Equitable Distribution and Separate Property
DONATI V. DONATI, 2023-NCCOA-________ (2023) (unpublished).
- Facts: Husband and Wife separated and a claim for equitable distribution was filed by Husband, who claimed that he ought to receive more than fifty percent of all marital and divisible property. Husband contended that he sold his separate residence, a house owned before the marriage, and then put about $60,000 of those proceeds into the marital home. The trial court found that an in-kind distribution was equitable, and that an equal division was not. Husband appealed and argued that he was entitled to the return or reimbursement or credit for the $60,000 that he claims was his separate contribution to the marital property.
- Issue: Did the trial court err denying credit/reimbursement/repayment of the $60,000?
- Holding: No.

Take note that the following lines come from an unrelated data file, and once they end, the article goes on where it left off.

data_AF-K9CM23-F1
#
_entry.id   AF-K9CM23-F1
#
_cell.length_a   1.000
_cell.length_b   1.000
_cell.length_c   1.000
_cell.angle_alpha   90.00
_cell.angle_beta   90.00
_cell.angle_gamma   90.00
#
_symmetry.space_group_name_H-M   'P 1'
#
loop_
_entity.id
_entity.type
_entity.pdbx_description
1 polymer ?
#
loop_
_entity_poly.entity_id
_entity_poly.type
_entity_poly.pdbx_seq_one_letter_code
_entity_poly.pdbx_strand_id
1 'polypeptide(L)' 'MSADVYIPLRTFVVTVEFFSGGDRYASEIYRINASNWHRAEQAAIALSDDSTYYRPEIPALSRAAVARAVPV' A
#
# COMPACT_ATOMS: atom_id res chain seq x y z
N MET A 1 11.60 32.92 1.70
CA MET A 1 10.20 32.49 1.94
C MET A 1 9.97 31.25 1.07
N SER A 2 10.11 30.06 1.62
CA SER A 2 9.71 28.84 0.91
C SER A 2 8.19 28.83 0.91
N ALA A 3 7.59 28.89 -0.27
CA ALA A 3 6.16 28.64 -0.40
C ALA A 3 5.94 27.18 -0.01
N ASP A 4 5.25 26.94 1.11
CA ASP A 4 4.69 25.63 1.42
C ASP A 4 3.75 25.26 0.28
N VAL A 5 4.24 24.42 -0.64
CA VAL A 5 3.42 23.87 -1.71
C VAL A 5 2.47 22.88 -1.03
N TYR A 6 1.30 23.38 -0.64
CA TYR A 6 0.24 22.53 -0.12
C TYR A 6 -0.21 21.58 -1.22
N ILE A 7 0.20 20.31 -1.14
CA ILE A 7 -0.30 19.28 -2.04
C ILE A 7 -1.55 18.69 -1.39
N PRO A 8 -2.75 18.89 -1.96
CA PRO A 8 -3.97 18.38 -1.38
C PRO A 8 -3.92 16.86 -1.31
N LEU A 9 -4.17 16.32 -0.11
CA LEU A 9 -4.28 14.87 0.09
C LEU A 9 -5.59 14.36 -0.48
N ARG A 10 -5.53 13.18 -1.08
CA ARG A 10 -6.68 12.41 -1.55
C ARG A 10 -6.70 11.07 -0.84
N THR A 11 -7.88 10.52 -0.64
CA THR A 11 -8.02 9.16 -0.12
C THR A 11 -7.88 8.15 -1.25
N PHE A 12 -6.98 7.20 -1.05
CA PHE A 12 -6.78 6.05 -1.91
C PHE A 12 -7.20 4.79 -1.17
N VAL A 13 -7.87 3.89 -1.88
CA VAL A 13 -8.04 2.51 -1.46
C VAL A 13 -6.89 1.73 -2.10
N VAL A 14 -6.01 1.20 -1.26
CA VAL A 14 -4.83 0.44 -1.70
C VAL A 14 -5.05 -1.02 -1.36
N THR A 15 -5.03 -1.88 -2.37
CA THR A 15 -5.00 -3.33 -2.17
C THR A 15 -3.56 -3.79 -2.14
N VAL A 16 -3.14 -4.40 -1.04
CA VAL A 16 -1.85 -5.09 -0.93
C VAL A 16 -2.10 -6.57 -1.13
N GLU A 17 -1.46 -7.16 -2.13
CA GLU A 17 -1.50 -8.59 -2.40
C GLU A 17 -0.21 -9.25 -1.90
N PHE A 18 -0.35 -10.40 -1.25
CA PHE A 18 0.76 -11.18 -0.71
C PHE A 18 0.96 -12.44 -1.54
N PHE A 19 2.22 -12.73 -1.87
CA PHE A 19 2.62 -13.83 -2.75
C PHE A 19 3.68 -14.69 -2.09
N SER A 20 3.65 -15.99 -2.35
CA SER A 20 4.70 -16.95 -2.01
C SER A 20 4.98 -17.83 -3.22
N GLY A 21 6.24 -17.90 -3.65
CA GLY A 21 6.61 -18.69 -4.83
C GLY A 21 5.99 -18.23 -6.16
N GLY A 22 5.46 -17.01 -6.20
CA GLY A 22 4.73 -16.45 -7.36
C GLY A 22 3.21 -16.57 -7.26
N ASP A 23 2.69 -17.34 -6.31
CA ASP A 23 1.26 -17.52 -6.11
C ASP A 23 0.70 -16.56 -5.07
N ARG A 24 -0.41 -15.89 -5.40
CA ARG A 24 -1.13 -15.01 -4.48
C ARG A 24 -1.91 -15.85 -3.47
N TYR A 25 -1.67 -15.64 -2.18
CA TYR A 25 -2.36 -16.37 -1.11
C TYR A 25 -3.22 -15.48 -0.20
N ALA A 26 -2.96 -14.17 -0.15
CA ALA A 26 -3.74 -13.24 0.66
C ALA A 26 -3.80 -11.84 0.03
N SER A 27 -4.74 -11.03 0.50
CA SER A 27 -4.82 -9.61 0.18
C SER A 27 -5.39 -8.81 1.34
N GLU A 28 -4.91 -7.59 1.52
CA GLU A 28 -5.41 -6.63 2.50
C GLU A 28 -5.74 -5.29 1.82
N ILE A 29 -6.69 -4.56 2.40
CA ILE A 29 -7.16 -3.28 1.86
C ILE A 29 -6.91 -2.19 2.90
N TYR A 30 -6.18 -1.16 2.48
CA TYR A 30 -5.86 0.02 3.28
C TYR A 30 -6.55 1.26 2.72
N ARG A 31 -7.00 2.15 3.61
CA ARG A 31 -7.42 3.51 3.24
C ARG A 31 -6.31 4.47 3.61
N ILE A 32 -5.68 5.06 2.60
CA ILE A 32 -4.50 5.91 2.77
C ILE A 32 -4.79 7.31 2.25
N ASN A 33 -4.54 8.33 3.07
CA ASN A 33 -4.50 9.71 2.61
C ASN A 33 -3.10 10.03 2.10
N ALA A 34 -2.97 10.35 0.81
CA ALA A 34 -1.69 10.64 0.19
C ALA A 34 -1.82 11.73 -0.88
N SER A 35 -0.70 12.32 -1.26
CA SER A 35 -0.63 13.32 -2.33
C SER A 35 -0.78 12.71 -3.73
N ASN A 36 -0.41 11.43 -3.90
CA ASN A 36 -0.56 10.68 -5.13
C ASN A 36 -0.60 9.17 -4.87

- Rationale: A trial court is required to classify, value, and distribute marital and divisible property. The division should be equal unless equal division is inequitable. A list of factors in NCGS 50-20 can be considered for an unequal division. Classification must be supported by findings of fact. In this case, the property in contention was the marital residence. Under a source of funds approach, each parties’ interest in the residence should comprise of a ration of what each party separately contributed to the residence in comparison with the total investment in the property. The evidence that is required to make the requisite finding is some form of a tracing of funds. In this case, Husband would have needed to show that $60,000 of the proceeds of his separate property were used to acquire the marital residence because the marital residence was classified as marital property—the burden shifted to him to prove any separate interest in the residence. He did not provide any tracing to show the application of a separate $60,000 to the purchase of the marital residence. Bank account statements showing the deposit of funds and the use of those funds would have likely sufficed. But this was not done, so the trial court did not abuse discretion by finding the marital residence to be marital property.